It’s time to get crackin’ at local crab feeds

Crustacean-lovin’ nation gears up for the season
By: Paul Cambra, Features Editor
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Get crabby
Meadow Vista Area Lions Club
When: Saturday, Feb. 2. 6 p.m. no-host cocktails, 7 p.m. dinner
Where: Gold Country Fairgrounds, Placer Hall Building, Auburn
Cost: $35. Available at Meadow Electric, Meadow Vista True Value Hardware.
More: Live music by Runnin 4 Cover. Proceeds benefit Meadow Vista Area Lions Club community fund.
Tickets and info: (530) 878-7944 (Meadow Electric), (530) 878-0484 (Meadow Vista True Value Hardware)

Newcastle Elementary History Club
When: Saturday, Feb. 9. 6 p.m. no-host cocktails, 7 p.m. dinner, 9-11 p.m. dancing,
Where: Blue Goose Fruit Shed, 3550 Taylor Road, Loomis
Cost: $45 in advance, $50 at the door. $5 for music only
More: Live music by Bad Iron. Proceeds offset the eighth grade History Club’s travel expenses for Washington D.C. trip
Tickets and info: (916) 663-3307 ext. 22,

St. Joseph Catholic School
Saturday, Feb. 9. 6 p.m. happy hour, 7:15 p.m. dinner, dancing until 11:30 p.m.
Where: St. Joseph Catholic School Parish Hall, 11610 Atwood Road, Auburn
Cost: $40
More: Raffle and silent auction. Proceeds benefit St. Joseph Catholic School. Adults only.
Tickets and info: (916) 885-4490,

Ophir Elementary
5 p.m. Saturday, Feb. 9
Where: Loomis Veteran’s Hall, 5945 Horseshoe Bar Road, Loomis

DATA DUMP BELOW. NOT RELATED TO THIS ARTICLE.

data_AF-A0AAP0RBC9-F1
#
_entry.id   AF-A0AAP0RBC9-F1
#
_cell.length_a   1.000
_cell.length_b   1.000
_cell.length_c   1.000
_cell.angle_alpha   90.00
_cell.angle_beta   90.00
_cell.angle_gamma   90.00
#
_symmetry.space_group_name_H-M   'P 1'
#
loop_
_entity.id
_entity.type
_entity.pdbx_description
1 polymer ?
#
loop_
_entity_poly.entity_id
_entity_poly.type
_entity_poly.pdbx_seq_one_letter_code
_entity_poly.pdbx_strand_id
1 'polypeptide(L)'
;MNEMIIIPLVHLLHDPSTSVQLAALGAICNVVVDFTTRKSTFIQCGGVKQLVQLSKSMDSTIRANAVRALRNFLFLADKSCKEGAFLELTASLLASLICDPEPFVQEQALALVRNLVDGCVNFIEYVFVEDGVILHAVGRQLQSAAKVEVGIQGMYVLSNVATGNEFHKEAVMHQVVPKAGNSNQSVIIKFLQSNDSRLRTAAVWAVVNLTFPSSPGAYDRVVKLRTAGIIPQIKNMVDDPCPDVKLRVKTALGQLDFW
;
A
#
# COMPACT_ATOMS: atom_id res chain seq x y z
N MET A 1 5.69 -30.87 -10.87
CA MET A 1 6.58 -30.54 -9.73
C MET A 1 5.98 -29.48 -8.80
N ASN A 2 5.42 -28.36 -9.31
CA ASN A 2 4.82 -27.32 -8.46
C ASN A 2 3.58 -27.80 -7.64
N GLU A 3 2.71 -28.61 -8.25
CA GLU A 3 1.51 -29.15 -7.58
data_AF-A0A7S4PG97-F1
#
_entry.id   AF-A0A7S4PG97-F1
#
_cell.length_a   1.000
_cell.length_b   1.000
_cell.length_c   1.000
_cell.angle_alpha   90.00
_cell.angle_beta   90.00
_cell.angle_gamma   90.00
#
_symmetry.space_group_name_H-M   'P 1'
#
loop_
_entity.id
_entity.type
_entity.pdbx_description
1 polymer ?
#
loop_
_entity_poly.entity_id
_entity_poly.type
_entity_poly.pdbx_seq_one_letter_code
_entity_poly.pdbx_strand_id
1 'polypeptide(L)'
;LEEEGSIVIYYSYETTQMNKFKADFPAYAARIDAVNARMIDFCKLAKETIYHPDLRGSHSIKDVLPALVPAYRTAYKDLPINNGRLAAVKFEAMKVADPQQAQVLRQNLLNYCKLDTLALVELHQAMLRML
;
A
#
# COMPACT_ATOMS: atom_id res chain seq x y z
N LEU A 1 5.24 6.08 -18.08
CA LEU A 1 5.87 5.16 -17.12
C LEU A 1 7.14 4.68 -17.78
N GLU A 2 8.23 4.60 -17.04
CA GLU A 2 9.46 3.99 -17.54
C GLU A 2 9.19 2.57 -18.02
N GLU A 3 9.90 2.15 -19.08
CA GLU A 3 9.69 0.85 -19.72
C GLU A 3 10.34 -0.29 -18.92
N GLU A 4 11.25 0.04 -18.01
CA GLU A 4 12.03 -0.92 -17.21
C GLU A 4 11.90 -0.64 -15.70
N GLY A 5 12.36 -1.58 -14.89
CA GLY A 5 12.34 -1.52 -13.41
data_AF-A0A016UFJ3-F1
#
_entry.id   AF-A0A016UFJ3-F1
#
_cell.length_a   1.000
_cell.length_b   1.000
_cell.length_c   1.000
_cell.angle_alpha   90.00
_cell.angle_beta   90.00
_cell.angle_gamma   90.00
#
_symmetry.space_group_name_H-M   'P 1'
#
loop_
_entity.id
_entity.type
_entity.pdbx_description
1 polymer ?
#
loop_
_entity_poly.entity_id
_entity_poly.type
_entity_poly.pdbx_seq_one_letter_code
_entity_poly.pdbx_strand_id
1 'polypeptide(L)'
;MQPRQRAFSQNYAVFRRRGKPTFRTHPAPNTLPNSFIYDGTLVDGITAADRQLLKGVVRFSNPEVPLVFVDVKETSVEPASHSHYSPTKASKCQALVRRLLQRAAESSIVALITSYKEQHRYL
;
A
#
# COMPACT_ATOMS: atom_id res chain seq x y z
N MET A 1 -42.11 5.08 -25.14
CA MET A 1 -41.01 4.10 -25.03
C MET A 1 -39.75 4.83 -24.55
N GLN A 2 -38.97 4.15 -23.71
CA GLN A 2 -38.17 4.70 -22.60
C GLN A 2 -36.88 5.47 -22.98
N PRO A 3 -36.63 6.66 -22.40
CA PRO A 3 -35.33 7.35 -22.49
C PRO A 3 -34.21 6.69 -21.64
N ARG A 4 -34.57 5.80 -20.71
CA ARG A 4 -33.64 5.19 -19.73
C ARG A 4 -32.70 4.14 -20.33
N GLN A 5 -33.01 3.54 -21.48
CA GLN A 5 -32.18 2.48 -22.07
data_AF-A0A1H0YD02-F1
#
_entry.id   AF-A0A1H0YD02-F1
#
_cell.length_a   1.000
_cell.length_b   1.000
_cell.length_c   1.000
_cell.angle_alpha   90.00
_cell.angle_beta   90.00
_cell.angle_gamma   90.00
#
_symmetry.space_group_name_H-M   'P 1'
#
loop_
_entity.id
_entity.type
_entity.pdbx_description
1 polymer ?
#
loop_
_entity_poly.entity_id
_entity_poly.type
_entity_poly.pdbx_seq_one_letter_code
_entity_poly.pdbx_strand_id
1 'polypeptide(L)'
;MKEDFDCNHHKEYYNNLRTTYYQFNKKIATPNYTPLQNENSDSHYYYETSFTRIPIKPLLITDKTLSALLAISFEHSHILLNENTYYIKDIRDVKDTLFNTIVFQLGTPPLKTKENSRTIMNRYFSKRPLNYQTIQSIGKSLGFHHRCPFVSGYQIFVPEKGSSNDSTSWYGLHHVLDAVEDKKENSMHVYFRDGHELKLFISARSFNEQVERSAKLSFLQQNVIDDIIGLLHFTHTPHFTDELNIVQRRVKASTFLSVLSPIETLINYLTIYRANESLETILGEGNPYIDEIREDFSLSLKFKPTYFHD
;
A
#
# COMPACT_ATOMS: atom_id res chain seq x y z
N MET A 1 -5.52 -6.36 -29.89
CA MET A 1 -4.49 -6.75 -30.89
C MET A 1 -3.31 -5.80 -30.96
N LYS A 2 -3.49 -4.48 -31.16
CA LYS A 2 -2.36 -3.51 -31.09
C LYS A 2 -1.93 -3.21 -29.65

Cost: $40
More: Live music with Tijuana Weekend. Proceeds benefit Ophir students’ art and technology
Tickets and info: Ophir Elementary School, 1373 Lozanos Road, Newcastle; (530) 885-3495 ext. 10,

Active 20-30 Club of Greater Roseville/South Placer #36
6 p.m. Saturday, Feb. 9
Where: McBean Park Pavilion, 65 McBean Park Dr., Lincoln
Cost: $40
More: Music and dancing. Proceeds benefit the youth of Placer County. 21 and older.
Tickets and info: (916) 572-2030

Sierra Trail Dogs
6 p.m. Saturday, Feb. 9
Where: Gold County Fairgrounds, Sierra Building, Auburn, CA
Cost: $40 adults; $15 kids 6-12; under 6 years old free
More: All ages. Proceeds to benefit the Blue Ribbon Coalition, Save the Trails, the American Red Cross.
Tickets and info: (530) 823-4533,

Sierra College Patrons and Aquatics Program
6-9 p.m. Friday, Feb. 15.
Where: Blue Goose Fruit Shed, 3550 Taylor Road, Loomis
Cost: $45
More: Raffle and silent auction. Proceeds benefit Sierra College Arts and Humanities programs through grants and scholarships, and the Aquatics program.